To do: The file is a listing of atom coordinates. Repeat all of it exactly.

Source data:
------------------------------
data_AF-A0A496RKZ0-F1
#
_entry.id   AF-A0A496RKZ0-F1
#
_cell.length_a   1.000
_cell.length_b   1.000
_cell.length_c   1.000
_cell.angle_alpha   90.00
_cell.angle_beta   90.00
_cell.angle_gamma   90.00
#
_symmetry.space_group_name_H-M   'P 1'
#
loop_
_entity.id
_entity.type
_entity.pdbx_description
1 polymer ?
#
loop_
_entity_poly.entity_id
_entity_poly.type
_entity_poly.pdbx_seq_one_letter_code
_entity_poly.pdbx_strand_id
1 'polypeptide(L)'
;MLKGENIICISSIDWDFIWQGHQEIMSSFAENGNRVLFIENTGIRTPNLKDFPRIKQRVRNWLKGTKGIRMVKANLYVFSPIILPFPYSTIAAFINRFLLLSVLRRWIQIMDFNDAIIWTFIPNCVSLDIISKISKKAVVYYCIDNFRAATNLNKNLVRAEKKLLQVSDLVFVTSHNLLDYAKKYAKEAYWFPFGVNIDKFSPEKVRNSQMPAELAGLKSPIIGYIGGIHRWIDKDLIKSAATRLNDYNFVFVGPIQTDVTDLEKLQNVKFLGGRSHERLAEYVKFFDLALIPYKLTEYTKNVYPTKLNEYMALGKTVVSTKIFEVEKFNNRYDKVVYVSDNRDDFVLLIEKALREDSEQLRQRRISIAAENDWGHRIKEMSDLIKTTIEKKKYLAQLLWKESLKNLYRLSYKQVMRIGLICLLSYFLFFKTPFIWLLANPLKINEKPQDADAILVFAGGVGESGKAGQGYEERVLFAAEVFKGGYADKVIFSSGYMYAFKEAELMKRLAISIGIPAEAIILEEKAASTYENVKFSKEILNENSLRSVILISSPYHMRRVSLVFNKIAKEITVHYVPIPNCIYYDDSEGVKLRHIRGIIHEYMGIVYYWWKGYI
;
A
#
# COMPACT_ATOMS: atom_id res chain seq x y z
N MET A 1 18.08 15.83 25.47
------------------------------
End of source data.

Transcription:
data_AF-A0A496RKZ0-F1
#
_entry.id   AF-A0A496RKZ0-F1
#
_cell.length_a   1.000
_cell.length_b   1.000
_cell.length_c   1.000
_cell.angle_alpha   90.00
_cell.angle_beta   90.00
_cell.angle_gamma   90.00
#
_symmetry.space_group_name_H-M   'P 1'
#
loop_
_entity.id
_entity.type
_entity.pdbx_description
1 polymer ?
#
loop_
_entity_poly.entity_id
_entity_poly.type
_entity_poly.pdbx_seq_one_letter_code
_entity_poly.pdbx_strand_id
1 'polypeptide(L)'
;MLKGENIICISSIDWDFIWQGHQEIMSSFAENGNRVLFIENTGIRTPNLKDFPRIKQRVRNWLKGTKGIRMVKANLYVFSPIILPFPYSTIAAFINRFLLLSVLRRWIQIMDFNDAIIWTFIPNCVSLDIISKISKKAVVYYCIDNFRAATNLNKNLVRAEKKLLQVSDLVFVTSHNLLDYAKKYAKEAYWFPFGVNIDKFSPEKVRNSQMPAELAGLKSPIIGYIGGIHRWIDKDLIKSAATRLNDYNFVFVGPIQTDVTDLEKLQNVKFLGGRSHERLAEYVKFFDLALIPYKLTEYTKNVYPTKLNEYMALGKTVVSTKIFEVEKFNNRYDKVVYVSDNRDDFVLLIEKALREDSEQLRQRRISIAAENDWGHRIKEMSDLIKTTIEKKKYLAQLLWKESLKNLYRLSYKQVMRIGLICLLSYFLFFKTPFIWLLANPLKINEKPQDADAILVFAGGVGESGKAGQGYEERVLFAAEVFKGGYADKVIFSSGYMYAFKEAELMKRLAISIGIPAEAIILEEKAASTYENVKFSKEILNENSLRSVILISSPYHMRRVSLVFNKIAKEITVHYVPIPNCIYYDDSEGVKLRHIRGIIHEYMGIVYYWWKGYI
;
A
#
# COMPACT_ATOMS: atom_id res chain seq x y z
N MET A 1 18.08 15.83 25.47